The Ghost Scene: excerpt from A Spiritual Evolution

WoodsCoverFinalIn 1987, as a newly married Jewish housewife living outside Boston, I had never heard of Near Death Experiences, let alone the fact that people who return from them are prone to run-ins with the world of spirits.   Already a restless, irritable, and discontented drunk despite my husband’s wealth, I was consumed with infatuation for a 23-year-old Chinese-American instructor from the spa, Fitness Unlimited, where I taught aerobics.



Few people could have been less interested in the paranormal than I was at this point.  Not only was I a staunch materialist atheist who had managed to cram whatever surreal drug trip she’d experienced at the Peppermint Lounge five years earlier into the most remote corners of her mind, but I was so self-absorbed, so focused on pulling Janie into my world, that I had no attention to devote to anything else.  I did not believe spirits walked the earth.  I did not believe in the other side, the realm of spirit.  And I’d label anyone who did a loony.  Nonetheless, into my experience came another paranormal event, something even less explicable to me than whatever had happened when I “died.”

The FU bookkeeper, Edith, had a beach house in Gloucester to which she regularly invited the FU crew for weekends of “partying” – i.e. getting fucked up.  As I’ve said, my husband eschewed these gatherings, so when Edith invited us all out there for a winter visit, he didn’t come along – although he came to pick me up there on Sunday, as we had to be somewhere.  Janie’s boyfriend, Jerry, came down that weekend with her, and luck put them in the bedroom next to mine, where I could hear their springs rhythmically squeaking as I tried to sleep.  The sound was torture to me.  I loved Janie.  I had no earplugs.  I was filled with jealousy and despair – how would I ever win her away from a man?  All my clandestine hopes seemed foolish, and I cried.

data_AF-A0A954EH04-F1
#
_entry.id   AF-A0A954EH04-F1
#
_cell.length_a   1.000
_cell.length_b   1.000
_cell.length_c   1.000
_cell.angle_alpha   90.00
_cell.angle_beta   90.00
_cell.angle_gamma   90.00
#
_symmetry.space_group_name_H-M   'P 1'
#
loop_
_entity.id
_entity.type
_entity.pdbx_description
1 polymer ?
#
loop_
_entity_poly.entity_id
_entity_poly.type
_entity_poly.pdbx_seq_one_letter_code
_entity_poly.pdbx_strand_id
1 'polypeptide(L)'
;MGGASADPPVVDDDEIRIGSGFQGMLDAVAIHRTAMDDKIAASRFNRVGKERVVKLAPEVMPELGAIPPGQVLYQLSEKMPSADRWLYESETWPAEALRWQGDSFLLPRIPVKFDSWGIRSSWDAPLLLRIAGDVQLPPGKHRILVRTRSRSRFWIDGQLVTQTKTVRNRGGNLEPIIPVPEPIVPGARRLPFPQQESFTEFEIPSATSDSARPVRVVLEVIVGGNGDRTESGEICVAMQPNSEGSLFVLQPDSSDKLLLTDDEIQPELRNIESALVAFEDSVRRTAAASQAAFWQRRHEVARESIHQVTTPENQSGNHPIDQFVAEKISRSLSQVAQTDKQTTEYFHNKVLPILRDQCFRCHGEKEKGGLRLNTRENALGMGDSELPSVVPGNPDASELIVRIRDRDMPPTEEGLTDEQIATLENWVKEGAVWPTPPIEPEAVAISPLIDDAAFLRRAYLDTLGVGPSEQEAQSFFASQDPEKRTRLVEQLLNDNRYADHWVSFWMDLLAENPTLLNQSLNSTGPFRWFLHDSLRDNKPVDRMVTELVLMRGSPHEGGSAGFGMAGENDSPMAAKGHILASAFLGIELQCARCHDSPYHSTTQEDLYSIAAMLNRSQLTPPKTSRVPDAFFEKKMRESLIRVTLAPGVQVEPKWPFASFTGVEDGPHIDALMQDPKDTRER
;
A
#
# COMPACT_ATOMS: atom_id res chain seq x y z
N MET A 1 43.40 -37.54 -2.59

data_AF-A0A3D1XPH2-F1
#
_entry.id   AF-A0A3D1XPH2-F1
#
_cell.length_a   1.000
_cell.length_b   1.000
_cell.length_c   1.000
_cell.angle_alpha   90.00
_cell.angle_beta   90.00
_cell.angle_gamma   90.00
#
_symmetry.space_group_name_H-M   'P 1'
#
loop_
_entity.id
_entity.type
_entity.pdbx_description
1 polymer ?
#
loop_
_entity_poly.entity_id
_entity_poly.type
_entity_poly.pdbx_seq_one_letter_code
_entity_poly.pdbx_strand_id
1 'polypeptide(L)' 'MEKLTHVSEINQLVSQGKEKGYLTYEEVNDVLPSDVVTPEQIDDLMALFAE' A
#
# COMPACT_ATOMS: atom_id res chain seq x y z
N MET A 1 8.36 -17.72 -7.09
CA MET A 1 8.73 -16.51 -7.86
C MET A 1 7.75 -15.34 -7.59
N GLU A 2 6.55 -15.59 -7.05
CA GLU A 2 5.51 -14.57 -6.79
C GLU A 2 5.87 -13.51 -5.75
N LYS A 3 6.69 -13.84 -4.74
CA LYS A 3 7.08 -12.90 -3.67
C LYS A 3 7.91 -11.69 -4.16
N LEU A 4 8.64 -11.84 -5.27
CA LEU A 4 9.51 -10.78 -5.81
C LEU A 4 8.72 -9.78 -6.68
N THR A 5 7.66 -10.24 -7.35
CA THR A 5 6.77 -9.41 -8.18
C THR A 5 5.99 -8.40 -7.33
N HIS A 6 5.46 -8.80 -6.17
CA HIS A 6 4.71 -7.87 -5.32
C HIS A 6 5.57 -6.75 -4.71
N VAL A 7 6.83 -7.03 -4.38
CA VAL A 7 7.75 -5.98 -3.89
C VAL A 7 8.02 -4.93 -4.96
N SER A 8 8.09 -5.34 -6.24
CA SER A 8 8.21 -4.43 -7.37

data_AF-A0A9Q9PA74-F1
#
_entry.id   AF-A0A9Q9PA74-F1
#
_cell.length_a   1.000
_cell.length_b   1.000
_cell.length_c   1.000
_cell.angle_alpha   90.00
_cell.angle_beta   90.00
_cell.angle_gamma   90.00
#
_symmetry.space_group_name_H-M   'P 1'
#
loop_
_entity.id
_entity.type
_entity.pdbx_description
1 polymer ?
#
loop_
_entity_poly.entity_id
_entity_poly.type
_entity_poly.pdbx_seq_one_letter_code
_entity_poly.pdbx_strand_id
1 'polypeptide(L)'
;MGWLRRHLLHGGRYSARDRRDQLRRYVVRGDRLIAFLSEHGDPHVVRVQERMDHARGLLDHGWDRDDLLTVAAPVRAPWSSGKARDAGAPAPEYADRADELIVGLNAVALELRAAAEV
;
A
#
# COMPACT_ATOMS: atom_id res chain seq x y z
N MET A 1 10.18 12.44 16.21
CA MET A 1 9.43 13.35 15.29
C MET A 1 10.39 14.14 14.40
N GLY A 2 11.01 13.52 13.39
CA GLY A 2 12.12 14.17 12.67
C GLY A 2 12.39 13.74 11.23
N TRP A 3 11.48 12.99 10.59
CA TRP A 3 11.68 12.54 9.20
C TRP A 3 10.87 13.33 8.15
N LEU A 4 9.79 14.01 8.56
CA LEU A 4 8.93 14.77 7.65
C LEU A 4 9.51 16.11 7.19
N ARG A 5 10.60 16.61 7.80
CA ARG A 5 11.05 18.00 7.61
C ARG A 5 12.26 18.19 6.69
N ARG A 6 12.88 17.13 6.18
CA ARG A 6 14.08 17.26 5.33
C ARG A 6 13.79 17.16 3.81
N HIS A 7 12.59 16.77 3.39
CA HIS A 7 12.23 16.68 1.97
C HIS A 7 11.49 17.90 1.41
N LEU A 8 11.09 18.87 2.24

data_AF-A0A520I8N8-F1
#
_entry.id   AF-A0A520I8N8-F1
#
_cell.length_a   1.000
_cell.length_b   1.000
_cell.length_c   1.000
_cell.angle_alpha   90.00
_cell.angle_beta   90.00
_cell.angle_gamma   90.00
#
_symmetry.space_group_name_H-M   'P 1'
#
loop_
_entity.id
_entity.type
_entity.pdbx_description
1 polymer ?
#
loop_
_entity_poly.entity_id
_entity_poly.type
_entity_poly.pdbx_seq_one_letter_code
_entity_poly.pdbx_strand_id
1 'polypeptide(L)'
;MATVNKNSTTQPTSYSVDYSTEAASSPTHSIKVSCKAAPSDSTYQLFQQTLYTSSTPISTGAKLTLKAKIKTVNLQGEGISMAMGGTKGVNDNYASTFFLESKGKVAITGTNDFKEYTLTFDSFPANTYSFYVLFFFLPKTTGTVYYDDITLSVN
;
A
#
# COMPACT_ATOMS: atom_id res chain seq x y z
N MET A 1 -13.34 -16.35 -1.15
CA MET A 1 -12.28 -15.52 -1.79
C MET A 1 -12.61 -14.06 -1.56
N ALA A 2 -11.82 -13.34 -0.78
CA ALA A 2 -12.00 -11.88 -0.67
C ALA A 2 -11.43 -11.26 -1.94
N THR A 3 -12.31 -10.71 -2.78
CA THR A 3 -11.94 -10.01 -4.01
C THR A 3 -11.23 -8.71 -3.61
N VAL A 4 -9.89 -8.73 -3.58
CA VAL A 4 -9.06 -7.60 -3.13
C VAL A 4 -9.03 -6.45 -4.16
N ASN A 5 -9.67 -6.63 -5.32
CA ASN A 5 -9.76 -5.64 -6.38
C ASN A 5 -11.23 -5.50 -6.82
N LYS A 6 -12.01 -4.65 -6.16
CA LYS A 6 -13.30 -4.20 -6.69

I woke very early the next morning to their voices, a soft exchange of tonalities coming through the wall.  I would endure no more squeaking.  I got up and went downstairs.  The living room was filled with sleeping guests.  Since it was only about seven o’clock, I couldn’t so much as whistle the kettle, what with people passed out on all the sofas.  Outside, a winter storm was casting sheets of rain at the large picture windows.  Inside me was a turmoil of frustration and despair over Jerry and Janie’s lovemaking.  To me it seemed perfectly fitting to venture out alone in the storm à la Wuthering Heights or  King Lear, to rage against the gods who denied me what I so poignantly longed for.   I bundled up in some of Edith’s family raingear and went out.

The clouds hung so low I could see only a hundred yards ahead of me.  To my left were beachside houses getting pelted with rain, and to my right, wind-whipped waves pounding the beach.  I walked for some time, immersed in rain and wind, feeling hopeless and empty.  Gradually the row of houses gave way to grassy sand dunes that stretched back for some distance.  There was some kind of estuary behind them, some place no one could build.  And out of these dunes came a man.

He emerged from the tall clumps of grass about fifty feet in front of me, walking straight toward the water as if intent on some business, with a purposeful stride in high black boots.  I could see from this distance that he was stocky, maybe in his sixties, with a beard more grizzled than not.  But what I admired about him as I got closer, him coming down from the upper sands as I approached him perpendicularly, was his boss raingear.  It was vintage yellow, just like the old Mackintosh raincoats and rainpants my parents kept in the front hall closet when I was a child, their rubber half rotted.  His hat, too, was old school Mackintosh – which I admired.  Now I felt a kinship with him in two ways: not only were we the only two people crazy enough to be out at this ungodly hour in horrific weather, but we both appreciated the good, old fashioned value of vintage stuff.  In New York, I’d made many trips to the Alphabet streets to find quirky old garments.  Clearly, this guy did the same for rain gear.